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Mold testing NJ, NYC, black mold inspection dog

Why Dogs? The Nose Knows Best.

Mold is a symptom of excess moisture. Unfortunately, mold and moisture problems often go unnoticed for long periods of time. It's not because no one cares. It's because mold and moisture problems rarely show their ugly heads until they are well on their way down the path of destruction. By the time a mold problem becomes visible, what you see is often just the tip of the iceberg.

The Problem

Modern construction methods and materials can make moisture problems difficult to detect. Some building materials trap moisture, while others offer the nutrition mold needs to grow. Mold growth is often hidden away, out of sight. One would have to have x-ray eyes to find most of these problems in their early stages.

Traditional mold-inspection and mold-testing methods, such as air sampling, are great when used properly as one aspect of a comprehensive mold inspection. Unfortunately most mold inspectors rely far too heavily upon air sampling and often do little else. The problem with relying upon air sampling is that:

  • Even if the air sampling results show high spore counts, you still do not know where the source is located or how widespread it is. Another mold inspection would be needed to locate the source, and that inspection would likely be invasive and destructive – cutting holes in walls for example.
  • According to the Institute of Medicine’s study on Damp Indoor Spaces and Health, certain types of molds, such as the dreaded “toxic mold,” Stachybotrys, create very few spores and/or sticky spores, which do not become airborne or stay aloft easily. This can prevent them from showing up in routine mold testing done during a typical mold inspection.
  • Also, mold spores within a wall do not easily make it out into the occupied space in large quantities. Therefore, normal levels may be found through air sampling while a significant problem rages unseen inside the walls.

The Solution

When mold grows, it produces three things.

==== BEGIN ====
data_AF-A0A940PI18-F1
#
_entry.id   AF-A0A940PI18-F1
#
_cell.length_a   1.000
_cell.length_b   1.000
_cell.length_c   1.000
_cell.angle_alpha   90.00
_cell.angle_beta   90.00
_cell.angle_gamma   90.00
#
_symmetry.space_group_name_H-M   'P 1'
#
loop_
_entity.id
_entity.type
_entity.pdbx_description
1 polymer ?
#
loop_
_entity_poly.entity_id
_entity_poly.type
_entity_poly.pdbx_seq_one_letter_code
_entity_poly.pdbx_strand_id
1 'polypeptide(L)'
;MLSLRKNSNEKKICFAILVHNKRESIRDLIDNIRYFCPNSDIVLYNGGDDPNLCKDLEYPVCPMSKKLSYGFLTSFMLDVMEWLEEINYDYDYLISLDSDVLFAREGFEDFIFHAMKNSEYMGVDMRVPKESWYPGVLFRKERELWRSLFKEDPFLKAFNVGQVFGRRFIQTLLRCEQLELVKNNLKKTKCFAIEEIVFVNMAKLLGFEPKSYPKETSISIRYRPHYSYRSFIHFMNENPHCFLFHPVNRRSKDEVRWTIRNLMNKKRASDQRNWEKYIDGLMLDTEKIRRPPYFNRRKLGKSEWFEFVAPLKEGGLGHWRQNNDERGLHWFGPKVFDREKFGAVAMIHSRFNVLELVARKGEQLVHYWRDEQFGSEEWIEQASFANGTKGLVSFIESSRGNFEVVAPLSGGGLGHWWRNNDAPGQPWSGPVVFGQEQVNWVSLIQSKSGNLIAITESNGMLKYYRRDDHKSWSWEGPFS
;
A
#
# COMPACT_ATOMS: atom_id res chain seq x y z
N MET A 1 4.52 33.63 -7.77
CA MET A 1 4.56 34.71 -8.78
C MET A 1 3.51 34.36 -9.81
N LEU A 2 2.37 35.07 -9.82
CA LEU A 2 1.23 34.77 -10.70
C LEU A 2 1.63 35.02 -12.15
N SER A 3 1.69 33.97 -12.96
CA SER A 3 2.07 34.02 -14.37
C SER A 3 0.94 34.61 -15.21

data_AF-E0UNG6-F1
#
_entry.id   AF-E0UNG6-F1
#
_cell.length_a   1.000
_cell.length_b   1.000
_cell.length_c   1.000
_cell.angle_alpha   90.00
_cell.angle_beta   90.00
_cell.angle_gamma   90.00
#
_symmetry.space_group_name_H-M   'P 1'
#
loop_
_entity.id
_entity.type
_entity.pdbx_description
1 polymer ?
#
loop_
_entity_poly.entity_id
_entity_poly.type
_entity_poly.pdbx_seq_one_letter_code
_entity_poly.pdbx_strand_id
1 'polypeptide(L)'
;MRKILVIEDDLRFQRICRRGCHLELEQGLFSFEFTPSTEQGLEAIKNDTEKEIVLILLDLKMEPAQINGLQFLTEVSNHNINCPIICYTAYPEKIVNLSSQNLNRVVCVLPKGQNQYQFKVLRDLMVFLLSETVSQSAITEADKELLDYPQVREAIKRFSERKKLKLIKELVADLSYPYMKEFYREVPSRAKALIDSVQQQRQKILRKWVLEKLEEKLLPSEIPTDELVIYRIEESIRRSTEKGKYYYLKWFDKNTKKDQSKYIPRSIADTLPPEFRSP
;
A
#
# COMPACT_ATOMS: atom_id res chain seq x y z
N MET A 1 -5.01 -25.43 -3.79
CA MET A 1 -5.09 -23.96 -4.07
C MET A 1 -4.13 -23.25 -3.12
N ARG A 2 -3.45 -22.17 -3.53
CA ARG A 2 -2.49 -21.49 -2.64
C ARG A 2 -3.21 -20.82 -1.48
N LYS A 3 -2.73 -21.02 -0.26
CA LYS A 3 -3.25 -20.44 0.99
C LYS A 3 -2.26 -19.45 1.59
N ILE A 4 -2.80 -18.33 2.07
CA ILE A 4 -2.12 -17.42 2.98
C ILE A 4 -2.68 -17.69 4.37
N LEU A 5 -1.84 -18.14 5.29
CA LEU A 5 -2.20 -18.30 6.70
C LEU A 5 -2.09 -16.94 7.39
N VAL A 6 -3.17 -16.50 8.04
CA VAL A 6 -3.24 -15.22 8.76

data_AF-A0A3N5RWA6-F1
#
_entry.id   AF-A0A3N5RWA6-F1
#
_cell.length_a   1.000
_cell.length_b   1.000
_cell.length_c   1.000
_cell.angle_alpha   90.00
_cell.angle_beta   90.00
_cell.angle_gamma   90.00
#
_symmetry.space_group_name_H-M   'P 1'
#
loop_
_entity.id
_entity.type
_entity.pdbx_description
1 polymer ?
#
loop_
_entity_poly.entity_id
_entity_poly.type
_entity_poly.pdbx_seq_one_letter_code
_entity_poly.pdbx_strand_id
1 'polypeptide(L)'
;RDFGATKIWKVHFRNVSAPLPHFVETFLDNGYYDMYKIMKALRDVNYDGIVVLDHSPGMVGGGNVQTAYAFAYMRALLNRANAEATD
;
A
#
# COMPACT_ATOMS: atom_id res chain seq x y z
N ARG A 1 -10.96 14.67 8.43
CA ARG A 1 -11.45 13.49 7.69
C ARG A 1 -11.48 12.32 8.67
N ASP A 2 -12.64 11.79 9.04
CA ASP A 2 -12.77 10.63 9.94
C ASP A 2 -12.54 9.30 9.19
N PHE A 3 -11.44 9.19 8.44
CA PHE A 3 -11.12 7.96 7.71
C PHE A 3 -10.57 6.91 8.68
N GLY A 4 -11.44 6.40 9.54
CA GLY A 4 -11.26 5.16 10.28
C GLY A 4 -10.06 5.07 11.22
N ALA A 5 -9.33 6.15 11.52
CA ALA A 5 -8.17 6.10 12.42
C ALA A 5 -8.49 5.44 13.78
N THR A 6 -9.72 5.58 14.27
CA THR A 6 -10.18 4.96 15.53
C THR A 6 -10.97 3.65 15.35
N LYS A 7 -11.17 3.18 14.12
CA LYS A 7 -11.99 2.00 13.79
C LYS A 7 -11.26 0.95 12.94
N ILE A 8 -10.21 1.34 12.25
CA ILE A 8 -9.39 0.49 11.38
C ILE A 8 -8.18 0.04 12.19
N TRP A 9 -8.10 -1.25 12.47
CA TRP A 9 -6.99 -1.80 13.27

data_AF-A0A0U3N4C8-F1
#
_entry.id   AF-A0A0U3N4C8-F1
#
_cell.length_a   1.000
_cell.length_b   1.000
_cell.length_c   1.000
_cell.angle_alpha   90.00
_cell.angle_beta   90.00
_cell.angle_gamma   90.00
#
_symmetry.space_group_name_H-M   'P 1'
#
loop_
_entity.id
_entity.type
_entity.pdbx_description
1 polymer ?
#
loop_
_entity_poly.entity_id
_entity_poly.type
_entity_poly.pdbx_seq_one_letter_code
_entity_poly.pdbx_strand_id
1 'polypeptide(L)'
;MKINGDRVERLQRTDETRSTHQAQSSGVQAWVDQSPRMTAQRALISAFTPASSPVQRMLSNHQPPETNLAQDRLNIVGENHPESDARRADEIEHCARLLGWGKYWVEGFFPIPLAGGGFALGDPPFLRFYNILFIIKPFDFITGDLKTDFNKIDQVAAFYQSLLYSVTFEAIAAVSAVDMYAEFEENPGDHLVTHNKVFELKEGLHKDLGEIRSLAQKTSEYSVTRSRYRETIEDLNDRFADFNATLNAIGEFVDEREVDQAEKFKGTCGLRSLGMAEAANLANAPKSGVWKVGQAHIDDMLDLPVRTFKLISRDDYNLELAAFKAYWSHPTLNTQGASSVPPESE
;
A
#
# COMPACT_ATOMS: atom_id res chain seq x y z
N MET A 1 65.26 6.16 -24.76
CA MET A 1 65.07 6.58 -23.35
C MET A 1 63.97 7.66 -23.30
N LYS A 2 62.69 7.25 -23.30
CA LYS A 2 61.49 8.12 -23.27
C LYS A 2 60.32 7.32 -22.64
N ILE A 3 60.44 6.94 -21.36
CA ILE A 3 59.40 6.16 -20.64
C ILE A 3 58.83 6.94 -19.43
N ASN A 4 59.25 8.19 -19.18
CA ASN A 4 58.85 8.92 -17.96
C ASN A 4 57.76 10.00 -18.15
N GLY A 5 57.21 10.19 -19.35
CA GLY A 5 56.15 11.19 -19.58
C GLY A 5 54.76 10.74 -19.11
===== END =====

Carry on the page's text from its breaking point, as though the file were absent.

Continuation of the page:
• Spores
  • Vapors/Gasses (mVOCs)
  • Toxins (Certain Molds)

The gases mold produces are detected by the human nose as a “musty smell.” In addition to producing an unpleasant odor, these gases are known health hazards according to US EPA and other authorities. Chemicals such as benzene, a known carcinogen, are routinely found coming from active mold colonies.

Unlike spores, gases can easily penetrate walls and build up indoors, creating discomfort and causing health complaints such as headaches, nausea, dizziness and fatigue.

While this seems to complicate things, the gases themselves are the key to the solution.

Dogs have been trusted for hundreds of years to detect and locate things that humans can’t find.

Since 2003 we have been using specially trained mold detection dogs (Mold Dogs™), trained just like bomb dogs or drug dogs, to detect and locate the source of mold growth by detecting the gases mold growth gives off.

Mold Dogs give us the ability to quickly and accurately screen a building for hidden mold and moisture problems non-destructively. Once we use our four-legged mold detectives to help us locate the areas that need further investigation, we then use infrared thermal imaging, laser particle analysis and industry-standard laboratory testing to confirm the dog’s findings.

It just makes scents!

Call us today at 1-800-GOT-MOLD? (1-800-468-6653) on a confidential basis. See what 1-800-GOT-MOLD? can do for you.





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